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Mara Basin Wetlands, Kenya - Tanzania
The Masura (or Mara) wetlands is a floodplain wetland at the Mara Basin before discharging its waters into the Lake Victoria. The wetlands are fed by inflows of Mara River and Lake Victoria water. ThusThe wetlands expand to a maximum area during the long rains due to high inflows while extending to about 45 km off the lake shores and shrink to the minimum area during the dry season. However, It is said that the wetland has been expanding probably due hydrogeomophic changes associated with sediment loads.

Geographic location:

Mara Bay is situated at the entrance to Musoma town and harbour on the eastern shore of Lake Victoria (Figures 1 and 2), at the mouth of the Mara river. Inland is the Masirori swamp, an extensive area of papyrus Cyperus papyrus. There are a number of islands at the entrance to the bay including Lukuba, Kyameto, Ngoche, Bugambwa and Myonyo. The shore in this area of the lake is generally well-settled with little natural vegetation. Musoma Bay stretches in an easterly direction for about 20 km in length with an average width of about five kilometers. Both the Bay and river have a rich assortment of floral and faunal biodiversity, providing a range of livelihoods. The Mara River, which is an important transboundary river with its headwaters in the Mau Forest Complex in Kenya and draining to Lake Victoria through Tanzania. Overall, the Mara River basin has a surface area of 13,835 km2, lies between latitudes 0°21’S and 1°54’S and longitudes 33°42’E and 35°54’E in Kenya (65%) and Tanzania (35%).
Enapuiyapui Swamp up catchment within the Mau Forest (Source of the Mara River)




Ecosystem services current status
Ecosystems services are benefits people derive from ecosystems (MEA, 2005). Natural wetlands sustain the livelihoods of many people both directly and indirectly by supplying provisioning (e.g. fibre, water, food, fuel wood, natural medicines), regulatory (e.g. flood control, water quality improvement), supporting (e.g. nutrient cycling, primary production), and cultural services (e.g., recreation, aesthetics, education, tourism). In Mara wetlands, majority of the local communities depend directly on the ES obtained from the wetlands for livelihood support (Kema, 2010). The ES include provision of freshwater, food, fiber, genetic materials, recreational activities, tourism, and education among others. Apart from provisioning and cultural ES, the Mara wetlands are recipients of accumulated effects of all the upstream activities such as agriculture, gold mining and soil erosion among others (Ng’umbi, 2009; Mayo et al., 2013).Thus, its capability to retain nutrients, heavy metals and sediments before water is discharged into Lake Victoria is highly valuable in enhancing water quality of the lake. However, quantitative information on such ecosystem services in the Mara wetlands is scanty and just like other wetlands in Lake Victoria Basin, there is a general decline in ES. The decline is due to population pressure, lack of or weak implementation framework for ecosystem management plans. Quantification of ES derived from the Mara wetlands is important in making decisions towards sustainable utilization of the wetland.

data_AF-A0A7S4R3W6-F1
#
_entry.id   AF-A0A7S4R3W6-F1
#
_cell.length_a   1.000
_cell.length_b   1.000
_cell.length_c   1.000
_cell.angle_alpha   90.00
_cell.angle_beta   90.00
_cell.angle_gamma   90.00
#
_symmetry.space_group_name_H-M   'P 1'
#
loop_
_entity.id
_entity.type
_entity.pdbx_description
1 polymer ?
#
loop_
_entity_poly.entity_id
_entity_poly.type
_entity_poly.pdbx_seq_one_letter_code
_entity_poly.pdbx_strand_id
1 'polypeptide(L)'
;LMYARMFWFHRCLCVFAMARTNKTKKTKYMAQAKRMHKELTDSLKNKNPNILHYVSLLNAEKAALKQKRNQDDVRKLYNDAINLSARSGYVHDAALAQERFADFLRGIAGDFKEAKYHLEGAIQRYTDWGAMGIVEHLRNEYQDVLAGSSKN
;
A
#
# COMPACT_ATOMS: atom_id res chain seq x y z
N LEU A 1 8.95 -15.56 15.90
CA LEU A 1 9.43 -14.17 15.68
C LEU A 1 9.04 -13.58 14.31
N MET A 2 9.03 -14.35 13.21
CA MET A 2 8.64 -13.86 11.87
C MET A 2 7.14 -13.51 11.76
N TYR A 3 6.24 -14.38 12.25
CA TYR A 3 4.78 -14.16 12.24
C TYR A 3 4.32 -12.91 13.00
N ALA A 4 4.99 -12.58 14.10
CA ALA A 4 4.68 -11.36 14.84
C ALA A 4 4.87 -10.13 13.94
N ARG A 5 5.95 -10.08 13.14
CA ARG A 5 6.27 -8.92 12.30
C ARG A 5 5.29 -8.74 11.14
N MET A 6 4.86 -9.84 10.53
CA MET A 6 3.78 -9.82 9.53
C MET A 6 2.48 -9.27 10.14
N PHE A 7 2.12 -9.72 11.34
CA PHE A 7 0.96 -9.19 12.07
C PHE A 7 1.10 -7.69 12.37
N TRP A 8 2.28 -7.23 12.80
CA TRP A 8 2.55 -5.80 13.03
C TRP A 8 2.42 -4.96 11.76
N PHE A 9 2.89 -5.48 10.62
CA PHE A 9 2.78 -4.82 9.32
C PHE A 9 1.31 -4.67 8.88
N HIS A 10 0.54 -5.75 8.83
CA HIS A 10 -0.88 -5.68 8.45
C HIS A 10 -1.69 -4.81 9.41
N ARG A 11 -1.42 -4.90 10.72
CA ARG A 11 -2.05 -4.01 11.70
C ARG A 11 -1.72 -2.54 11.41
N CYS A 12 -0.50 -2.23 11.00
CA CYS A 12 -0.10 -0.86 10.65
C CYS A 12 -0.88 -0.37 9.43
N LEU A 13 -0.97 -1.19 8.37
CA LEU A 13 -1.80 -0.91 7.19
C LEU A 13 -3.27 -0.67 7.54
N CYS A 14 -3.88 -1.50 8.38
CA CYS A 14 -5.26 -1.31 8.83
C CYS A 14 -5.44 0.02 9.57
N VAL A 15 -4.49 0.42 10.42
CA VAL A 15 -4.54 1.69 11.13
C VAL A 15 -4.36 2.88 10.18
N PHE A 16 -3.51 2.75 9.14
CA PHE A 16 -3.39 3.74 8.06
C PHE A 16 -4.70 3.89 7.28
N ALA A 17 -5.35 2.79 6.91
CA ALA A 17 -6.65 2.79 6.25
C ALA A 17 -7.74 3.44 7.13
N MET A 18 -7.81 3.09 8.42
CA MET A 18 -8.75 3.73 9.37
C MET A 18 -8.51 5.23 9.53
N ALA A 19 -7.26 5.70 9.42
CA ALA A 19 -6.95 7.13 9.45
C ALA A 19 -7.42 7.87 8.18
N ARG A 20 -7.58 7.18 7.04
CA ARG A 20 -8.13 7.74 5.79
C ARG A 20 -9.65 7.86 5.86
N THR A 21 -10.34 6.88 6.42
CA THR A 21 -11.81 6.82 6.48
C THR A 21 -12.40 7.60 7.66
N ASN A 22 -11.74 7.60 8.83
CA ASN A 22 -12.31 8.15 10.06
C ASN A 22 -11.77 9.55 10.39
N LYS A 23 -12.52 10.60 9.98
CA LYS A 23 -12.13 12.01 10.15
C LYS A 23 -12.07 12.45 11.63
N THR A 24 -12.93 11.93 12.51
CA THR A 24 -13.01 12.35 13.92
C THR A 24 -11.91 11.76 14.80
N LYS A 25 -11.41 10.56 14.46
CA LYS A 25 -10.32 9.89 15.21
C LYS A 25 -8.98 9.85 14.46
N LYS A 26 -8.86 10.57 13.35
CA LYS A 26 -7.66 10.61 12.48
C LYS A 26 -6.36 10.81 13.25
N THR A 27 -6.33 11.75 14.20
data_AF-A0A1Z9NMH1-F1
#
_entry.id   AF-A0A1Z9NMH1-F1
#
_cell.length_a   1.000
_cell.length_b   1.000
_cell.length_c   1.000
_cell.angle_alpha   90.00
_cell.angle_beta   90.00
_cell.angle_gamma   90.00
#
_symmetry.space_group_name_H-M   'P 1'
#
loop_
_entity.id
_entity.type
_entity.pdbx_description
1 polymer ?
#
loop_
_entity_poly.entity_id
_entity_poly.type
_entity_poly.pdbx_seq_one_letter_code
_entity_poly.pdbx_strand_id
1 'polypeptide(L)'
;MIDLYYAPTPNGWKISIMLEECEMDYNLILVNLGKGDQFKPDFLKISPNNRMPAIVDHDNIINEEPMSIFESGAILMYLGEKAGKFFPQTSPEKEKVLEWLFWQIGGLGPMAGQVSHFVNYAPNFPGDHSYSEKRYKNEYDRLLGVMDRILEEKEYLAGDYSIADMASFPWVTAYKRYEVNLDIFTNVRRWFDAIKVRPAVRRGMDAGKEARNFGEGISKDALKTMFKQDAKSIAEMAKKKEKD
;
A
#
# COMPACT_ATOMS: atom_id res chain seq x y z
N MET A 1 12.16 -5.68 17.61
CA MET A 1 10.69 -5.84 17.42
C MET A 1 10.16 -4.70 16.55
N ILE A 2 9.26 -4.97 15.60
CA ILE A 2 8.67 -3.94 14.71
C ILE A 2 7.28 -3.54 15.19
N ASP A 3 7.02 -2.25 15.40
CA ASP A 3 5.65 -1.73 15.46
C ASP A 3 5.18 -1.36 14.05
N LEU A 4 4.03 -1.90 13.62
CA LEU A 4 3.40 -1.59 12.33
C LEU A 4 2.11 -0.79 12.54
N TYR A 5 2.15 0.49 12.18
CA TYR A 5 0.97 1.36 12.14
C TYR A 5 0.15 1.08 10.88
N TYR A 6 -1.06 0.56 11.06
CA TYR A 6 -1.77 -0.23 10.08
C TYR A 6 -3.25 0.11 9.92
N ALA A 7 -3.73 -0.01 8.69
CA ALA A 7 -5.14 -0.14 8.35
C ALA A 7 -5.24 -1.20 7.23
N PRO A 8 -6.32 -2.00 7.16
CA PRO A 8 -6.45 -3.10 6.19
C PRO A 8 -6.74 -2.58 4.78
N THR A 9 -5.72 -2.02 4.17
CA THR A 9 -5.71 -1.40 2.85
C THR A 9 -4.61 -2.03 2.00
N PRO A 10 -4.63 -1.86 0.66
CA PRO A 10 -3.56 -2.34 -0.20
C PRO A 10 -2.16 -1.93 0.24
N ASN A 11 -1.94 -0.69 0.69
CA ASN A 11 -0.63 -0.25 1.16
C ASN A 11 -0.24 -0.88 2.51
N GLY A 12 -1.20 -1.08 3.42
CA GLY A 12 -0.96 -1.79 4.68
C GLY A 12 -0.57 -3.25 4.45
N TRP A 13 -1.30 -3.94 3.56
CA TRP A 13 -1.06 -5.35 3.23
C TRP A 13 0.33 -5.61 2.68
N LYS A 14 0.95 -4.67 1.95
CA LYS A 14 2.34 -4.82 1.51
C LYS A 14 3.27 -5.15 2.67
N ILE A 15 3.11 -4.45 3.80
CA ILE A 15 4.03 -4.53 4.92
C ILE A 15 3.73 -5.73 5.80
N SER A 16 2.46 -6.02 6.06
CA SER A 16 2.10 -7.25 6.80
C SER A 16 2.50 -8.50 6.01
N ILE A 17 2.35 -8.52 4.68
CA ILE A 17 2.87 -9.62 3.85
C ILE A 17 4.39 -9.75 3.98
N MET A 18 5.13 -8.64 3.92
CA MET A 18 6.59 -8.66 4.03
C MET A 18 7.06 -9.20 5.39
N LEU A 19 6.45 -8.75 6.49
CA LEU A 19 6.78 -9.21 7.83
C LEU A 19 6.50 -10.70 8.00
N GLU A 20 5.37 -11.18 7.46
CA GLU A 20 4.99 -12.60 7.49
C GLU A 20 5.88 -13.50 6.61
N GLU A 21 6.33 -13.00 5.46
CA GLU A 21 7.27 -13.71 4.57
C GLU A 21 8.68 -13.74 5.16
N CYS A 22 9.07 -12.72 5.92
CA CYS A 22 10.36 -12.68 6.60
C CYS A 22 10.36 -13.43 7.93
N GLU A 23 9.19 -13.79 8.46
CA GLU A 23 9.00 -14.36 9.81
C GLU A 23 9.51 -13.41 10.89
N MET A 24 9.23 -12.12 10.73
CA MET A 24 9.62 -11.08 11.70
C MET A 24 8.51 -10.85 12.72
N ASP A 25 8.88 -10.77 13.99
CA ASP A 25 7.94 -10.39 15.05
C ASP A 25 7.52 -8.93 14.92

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The project is funded by and is part of
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